— The Story of Rouen • Sir Theodore Andrea Cook

... Vanderbank laughed, "of the power of expressing civilly any surprise at your finding her so. But I said to you, please remember, nothing that qualified a jot my sense of the special stamp of her face. I've always positively found in it a recall of the type of the period you must be thinking of. It isn't a bit modern. It's a face of ...
— The Awkward Age • Henry James

... are pursing your brows, biting your lips, and lifting up your foot as if you would stamp it into the earth. I must say anger becomes you; you would make a charming Hotspur. Your every-day-dining-out face is rather insipid: but I assure you my heart is in danger when you are in the heroics. It is so rare, too, ...
— Crotchet Castle • Thomas Love Peacock

... American orators, and in 1765 he entered the Virginia House of Burgesses, immediately thereafter becoming leader in Virginia of the political agitation which preceded the Declaration of Independence. On the passage of the Stamp Act his voice was the first that rose in a clear, bold call to resistance, and in May, 1773, he assisted in procuring the passage of the resolution establishing a Committee of Correspondence for intercourse ...
— Scotland's Mark on America • George Fraser Black

... There being no Stamp Duty, or tax, on a will itself, it should be written on plain parchment or paper. Nor is it necessary, though always advisable where means are sufficient, to employ a professional adviser to draw up and complete the execution of ...
— Enquire Within Upon Everything - The Great Victorian Domestic Standby • Anonymous

... occasionally read a novel or a book of poems a trifle less ancient in character, but never unless the world had rung with the author's praises for at least a score of years. The stamp of Time's approval was absolutely necessary to the aspirant after Mrs. Livingstone's approbation. Indeed, there was only one of the present-day celebrities who interested the good lady at all, but that one attracted with a ...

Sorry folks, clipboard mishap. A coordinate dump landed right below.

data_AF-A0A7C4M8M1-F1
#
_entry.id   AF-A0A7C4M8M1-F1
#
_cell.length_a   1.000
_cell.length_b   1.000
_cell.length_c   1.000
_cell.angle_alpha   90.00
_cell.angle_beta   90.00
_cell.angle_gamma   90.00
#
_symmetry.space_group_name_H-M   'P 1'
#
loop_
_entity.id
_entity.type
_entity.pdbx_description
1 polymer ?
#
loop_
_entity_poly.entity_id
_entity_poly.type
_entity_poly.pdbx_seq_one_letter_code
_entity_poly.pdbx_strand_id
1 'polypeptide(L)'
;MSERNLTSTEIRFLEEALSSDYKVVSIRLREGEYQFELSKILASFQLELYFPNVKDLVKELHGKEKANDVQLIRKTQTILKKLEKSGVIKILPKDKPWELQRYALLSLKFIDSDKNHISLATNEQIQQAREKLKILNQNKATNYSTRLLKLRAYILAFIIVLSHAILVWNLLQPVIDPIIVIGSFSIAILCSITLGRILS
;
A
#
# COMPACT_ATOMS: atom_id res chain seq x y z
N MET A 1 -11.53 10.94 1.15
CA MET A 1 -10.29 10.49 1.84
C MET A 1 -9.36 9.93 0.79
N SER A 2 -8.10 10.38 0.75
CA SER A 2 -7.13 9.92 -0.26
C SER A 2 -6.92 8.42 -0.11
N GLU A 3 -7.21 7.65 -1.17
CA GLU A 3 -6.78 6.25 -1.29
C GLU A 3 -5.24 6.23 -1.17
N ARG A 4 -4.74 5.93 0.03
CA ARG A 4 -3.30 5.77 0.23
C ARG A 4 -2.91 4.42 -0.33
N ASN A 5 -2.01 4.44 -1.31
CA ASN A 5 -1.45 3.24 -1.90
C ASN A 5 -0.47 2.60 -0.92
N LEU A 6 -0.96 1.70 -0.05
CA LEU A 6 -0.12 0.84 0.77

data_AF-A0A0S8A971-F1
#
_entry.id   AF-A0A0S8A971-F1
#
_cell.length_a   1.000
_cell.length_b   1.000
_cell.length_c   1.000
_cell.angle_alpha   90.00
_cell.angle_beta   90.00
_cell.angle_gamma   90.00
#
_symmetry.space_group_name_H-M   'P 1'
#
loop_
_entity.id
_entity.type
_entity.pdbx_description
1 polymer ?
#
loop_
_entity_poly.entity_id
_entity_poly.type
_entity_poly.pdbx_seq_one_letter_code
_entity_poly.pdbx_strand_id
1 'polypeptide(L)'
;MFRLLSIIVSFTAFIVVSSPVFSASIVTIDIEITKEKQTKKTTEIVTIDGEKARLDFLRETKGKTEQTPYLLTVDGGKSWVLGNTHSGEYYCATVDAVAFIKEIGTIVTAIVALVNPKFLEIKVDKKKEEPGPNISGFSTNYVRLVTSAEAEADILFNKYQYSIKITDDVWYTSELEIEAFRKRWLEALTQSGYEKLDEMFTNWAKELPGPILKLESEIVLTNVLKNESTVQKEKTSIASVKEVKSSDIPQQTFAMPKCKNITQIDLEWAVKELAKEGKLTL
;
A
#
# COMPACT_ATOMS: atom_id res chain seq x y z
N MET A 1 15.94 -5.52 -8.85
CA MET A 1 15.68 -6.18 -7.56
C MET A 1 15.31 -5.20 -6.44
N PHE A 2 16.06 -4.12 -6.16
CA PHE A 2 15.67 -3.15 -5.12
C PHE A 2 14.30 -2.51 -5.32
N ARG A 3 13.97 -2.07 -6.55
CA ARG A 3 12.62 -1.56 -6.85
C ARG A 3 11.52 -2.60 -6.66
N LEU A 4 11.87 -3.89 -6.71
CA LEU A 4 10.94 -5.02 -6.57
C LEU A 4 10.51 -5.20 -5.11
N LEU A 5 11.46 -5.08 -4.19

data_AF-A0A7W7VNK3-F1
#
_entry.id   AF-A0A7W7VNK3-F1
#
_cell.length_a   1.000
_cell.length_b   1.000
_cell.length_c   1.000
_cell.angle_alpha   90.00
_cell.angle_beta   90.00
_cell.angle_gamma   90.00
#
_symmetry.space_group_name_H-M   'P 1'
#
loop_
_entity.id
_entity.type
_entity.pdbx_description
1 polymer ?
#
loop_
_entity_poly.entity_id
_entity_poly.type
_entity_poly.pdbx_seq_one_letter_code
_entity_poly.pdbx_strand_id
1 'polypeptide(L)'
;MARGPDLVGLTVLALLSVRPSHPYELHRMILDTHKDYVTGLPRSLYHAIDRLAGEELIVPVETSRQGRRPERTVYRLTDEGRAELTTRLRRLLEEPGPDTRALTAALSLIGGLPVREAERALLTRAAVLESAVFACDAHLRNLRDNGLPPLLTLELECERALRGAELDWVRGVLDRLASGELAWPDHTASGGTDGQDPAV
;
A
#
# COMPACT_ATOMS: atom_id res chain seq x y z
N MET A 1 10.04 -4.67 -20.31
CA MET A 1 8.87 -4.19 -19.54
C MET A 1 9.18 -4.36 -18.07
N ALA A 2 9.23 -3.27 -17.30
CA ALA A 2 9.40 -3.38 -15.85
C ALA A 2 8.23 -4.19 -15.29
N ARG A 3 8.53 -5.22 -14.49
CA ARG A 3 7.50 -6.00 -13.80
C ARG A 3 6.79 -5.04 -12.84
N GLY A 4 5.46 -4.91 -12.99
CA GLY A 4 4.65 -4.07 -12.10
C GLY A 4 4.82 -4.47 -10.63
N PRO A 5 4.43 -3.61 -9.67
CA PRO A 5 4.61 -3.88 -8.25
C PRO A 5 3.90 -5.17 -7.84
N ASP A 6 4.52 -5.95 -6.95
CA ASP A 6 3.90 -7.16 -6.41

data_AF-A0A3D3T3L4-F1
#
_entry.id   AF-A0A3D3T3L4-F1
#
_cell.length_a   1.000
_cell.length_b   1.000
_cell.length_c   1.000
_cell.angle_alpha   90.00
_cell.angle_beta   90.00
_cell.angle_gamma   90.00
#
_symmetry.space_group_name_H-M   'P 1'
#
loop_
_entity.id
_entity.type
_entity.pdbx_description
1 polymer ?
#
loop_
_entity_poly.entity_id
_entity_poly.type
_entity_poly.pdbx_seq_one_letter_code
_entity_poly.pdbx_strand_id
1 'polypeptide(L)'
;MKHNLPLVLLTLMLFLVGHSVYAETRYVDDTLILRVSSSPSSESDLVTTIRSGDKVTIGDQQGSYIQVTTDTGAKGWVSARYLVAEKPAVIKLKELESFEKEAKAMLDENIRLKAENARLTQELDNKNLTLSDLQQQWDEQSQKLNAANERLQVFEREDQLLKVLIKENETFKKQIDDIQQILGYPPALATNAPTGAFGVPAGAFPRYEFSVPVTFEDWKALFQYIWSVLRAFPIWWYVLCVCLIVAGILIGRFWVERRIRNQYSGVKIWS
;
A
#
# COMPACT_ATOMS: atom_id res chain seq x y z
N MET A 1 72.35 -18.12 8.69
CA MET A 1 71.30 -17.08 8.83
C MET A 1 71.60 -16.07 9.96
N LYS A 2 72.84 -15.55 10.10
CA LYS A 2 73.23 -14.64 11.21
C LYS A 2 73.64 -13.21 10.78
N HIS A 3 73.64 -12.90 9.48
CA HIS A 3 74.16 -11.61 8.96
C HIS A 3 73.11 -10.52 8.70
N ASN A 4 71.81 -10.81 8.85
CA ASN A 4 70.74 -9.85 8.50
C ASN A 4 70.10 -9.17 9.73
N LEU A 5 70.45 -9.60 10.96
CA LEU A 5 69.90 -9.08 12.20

— The Tangled Threads • Eleanor H. Porter

... a writer of Dr. Lightfoot's stamp should speak of Stoicism as a philosophy of "despair." Surely, rather, it was a philosophy of men who, having cast off all illusions, and the childishness of despair among them, were minded to endure in patience whatever conditions the cosmic process might create, so long as those conditions ...
— Evolution and Ethics and Other Essays • Thomas H. Huxley

... represented the hopes and passions of the Irish people. This looks like vanity; but as a corporation so numerous as the contributors to that volume cannot blush, we shall say our say. For instance, who did not admire "The Memory of the Dead"? The very Stamp officers were galvanised by it, and the Attorney-General was repeatedly urged to sing it for the jury. He refused—he had no music to sing it to. We pitied and forgave him; but we vowed to leave him no such excuse next time. If these ...
— Thomas Davis, Selections from his Prose and Poetry • Thomas Davis

... the dead body of a woman. It lay very lightly on the water, and the face was sweet and calm. It was not a beautiful face; it was too prematurely aged-looking, too thin and drawn, to be that; but it was a gentle, lovable face, in spite of its stamp of pinch and poverty, and upon it was that look of restful peace that comes to the faces of the sick sometimes when at last the pain has ...
— Three Men in a Boa • Jerome K. Jerome

... slavery as ominous as it is conspicuous. What data there are concerning the introduction of slavery are fragmentary, uncertain, and unsatisfactory, to say the least. There is but one work bearing the luminous stamp of historical trustworthiness, and which turns a flood of light on the dark records of the darker crime of human slavery in Massachusetts. And we are sure it is as complete as the ripe scholarship, patient research, and fair and fearless spirit ...